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The complete set of Dvořák’s Moravian Duets on 24 March

Moravian folk poetry in a set of Dvořák’s Moravian Duets and cycles of 20th-century Czech classics will be performed by the soloists of the National Theatres in Prague and Brno, soprano Jana Sibera, mezzo-soprano Jana Hrochová, tenor Ondřej Holub and pianist Jan Dušek at the New Town Hall in Prague on Sunday 24 March at 7.30 pm.

Sibera EN
Hrochova EN
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Dusek EN

For our sixteenth concert and the opening concert of this year’s third edition, entitled Songs with Moravian Scent, the Lieder Company Prague has chosen an exclusively Czech programme that combines the same theme – Moravian folk poetry set to music by prominent Czech composers.

Nazev EN

The centrepiece is undoubtedly the performance of all 23 of Antonín Dvořák’s Moravian Duets, a work that so impressed Johannes Brahms that he recommended it to the Berlin publisher Fritz Simrock, thus essentially launching Dvořák’s international career. Although in 1875 Dvořák was asked by the wholesaler Jan Neff to arrange several Moravian folk songs for two voices with piano for domestic amateur musical productions, he decided in the end to use only the folk texts from Susil’s collection and to set them to his own music.

However, the first three duets for soprano and tenor, which are generally the least performed today, so impressed Neff that he invited Dvořák to compose others for two female voices with piano. Over the next six years, Dvořák thus composed a total of 23 duets, which will be performed in their entirety.

Dvorak edited
Antonín Dvořák
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Klement Slavický
kabelac edited
Miloslav Kabeláč
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Antonín Tučapský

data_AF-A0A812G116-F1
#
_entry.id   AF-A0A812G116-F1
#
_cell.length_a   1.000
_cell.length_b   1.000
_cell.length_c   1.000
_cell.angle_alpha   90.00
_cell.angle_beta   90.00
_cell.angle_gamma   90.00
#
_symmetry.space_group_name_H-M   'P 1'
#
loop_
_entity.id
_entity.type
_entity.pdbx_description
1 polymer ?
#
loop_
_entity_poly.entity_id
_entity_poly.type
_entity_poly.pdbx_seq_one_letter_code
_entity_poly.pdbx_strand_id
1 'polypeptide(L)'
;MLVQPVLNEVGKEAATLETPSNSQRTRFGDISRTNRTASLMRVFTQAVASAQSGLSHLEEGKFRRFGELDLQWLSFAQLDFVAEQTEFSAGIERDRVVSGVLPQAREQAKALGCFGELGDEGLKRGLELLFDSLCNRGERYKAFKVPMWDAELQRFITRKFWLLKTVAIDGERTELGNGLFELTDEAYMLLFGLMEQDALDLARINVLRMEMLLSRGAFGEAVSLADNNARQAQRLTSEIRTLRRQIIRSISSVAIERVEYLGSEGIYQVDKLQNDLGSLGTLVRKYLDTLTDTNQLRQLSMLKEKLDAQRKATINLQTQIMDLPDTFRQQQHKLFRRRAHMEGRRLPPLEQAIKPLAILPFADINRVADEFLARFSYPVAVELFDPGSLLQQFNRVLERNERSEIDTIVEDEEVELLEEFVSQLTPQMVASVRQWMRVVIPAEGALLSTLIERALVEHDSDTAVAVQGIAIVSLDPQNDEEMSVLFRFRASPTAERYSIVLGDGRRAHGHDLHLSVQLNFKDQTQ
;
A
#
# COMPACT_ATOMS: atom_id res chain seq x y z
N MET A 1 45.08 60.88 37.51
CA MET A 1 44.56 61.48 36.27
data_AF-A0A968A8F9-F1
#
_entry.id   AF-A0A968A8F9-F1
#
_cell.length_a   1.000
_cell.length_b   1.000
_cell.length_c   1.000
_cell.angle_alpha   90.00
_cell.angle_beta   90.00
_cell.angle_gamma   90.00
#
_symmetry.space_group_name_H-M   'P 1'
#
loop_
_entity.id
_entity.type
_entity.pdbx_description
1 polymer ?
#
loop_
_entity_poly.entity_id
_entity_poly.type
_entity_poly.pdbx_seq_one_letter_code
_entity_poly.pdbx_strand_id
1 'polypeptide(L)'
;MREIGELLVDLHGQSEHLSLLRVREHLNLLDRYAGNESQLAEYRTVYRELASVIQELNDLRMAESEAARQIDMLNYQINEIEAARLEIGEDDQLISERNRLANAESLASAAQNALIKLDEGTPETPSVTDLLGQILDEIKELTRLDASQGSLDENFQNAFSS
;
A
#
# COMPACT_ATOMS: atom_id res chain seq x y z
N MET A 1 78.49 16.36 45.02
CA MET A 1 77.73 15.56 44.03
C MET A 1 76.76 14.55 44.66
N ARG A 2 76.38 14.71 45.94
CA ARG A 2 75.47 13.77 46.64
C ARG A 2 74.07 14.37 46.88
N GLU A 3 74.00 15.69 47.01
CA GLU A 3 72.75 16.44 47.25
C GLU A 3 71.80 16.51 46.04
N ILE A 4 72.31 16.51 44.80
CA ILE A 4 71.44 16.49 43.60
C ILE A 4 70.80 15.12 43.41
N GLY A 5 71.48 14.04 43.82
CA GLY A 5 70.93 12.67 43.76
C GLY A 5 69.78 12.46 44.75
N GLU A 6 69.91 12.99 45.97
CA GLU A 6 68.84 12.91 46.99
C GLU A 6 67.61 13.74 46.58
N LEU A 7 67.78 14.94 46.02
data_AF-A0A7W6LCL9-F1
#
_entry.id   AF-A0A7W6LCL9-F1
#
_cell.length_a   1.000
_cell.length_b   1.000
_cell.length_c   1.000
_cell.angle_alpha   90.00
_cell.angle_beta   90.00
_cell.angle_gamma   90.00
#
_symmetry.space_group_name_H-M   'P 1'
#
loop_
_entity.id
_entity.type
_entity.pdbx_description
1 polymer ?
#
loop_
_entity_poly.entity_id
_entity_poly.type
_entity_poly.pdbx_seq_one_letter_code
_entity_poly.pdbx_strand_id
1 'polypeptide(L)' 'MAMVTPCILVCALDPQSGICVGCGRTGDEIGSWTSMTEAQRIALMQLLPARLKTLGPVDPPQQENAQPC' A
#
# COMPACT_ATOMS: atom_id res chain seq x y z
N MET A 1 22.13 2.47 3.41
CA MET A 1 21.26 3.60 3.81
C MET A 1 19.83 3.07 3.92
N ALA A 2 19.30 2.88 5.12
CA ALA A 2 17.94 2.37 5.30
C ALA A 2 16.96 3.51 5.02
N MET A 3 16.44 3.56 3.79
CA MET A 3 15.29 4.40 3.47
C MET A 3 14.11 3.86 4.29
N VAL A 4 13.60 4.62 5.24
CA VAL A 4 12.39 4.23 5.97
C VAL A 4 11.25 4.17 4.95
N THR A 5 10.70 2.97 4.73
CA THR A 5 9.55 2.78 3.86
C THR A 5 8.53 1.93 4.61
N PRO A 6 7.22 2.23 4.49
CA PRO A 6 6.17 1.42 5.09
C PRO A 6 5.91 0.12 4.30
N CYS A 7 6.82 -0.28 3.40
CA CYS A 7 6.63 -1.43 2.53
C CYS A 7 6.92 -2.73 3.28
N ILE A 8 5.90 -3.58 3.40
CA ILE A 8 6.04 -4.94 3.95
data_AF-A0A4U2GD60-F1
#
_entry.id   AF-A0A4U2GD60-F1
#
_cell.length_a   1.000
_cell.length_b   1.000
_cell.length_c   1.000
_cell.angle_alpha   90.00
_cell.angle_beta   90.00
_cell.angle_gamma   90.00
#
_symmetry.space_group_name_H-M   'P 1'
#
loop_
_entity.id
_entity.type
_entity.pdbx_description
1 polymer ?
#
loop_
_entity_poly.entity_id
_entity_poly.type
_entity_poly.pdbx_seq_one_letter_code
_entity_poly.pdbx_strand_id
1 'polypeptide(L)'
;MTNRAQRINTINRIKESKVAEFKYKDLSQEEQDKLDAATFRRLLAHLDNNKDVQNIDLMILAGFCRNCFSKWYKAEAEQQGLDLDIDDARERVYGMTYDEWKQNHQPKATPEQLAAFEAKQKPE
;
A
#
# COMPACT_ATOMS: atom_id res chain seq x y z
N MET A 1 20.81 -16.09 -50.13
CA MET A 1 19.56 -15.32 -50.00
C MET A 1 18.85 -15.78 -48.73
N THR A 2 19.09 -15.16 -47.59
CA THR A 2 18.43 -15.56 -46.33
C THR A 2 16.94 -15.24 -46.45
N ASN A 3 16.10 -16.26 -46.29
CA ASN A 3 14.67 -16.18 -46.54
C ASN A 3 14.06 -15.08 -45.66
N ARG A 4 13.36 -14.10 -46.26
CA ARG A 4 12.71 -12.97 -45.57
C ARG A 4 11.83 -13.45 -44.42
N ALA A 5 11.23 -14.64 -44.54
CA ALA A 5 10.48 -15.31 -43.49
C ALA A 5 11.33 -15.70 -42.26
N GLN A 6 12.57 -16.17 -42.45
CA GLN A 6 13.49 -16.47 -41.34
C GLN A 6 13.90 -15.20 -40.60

The relationship to Moravia is well known and understandable in the case of another of the authors mentioned, Klement Slavický, a native of Tovačov. His cycle Ej, srdenko moje was written in 1954, at a time when Slavický was labelled a formalist by the regime and the performance of his music was banned. The strong emotionality and wide range of expression of this extraordinary song cycle is so attractive to performers and listeners that it has not surprisingly become one of his most frequently performed works today.

The song output of the next featured author Miloslav Kabeláč is very modest and consists essentially of two cycles. One of them is the rarely performed Love Songs from 1955, which are intended for female and male voices and present Kabeláč on a somewhat different plane than the one we know from his extensive symphonic works, although the typical concentration and precision of musical expression is evident even in these relatively brief and highly impressive songs.

Antonín Tučapský, a native of Opatovice near Vyškov, has been connected with folklore and folk customs since his childhood. His work is mainly associated with choirs, to which he has been very close since his student days, and he strengthened this relationship after his emigration to Great Britain in 1975 by cooperating with the leading vocal ensembles there. The small song cycle Kvítí milodějné (Flowers of Love) was written in 1955 and Tučapský dedicated it to his long-time composition teacher Jan Kunc. It is surprising that this cycle has not yet been published in print and is therefore not practically performed in concert.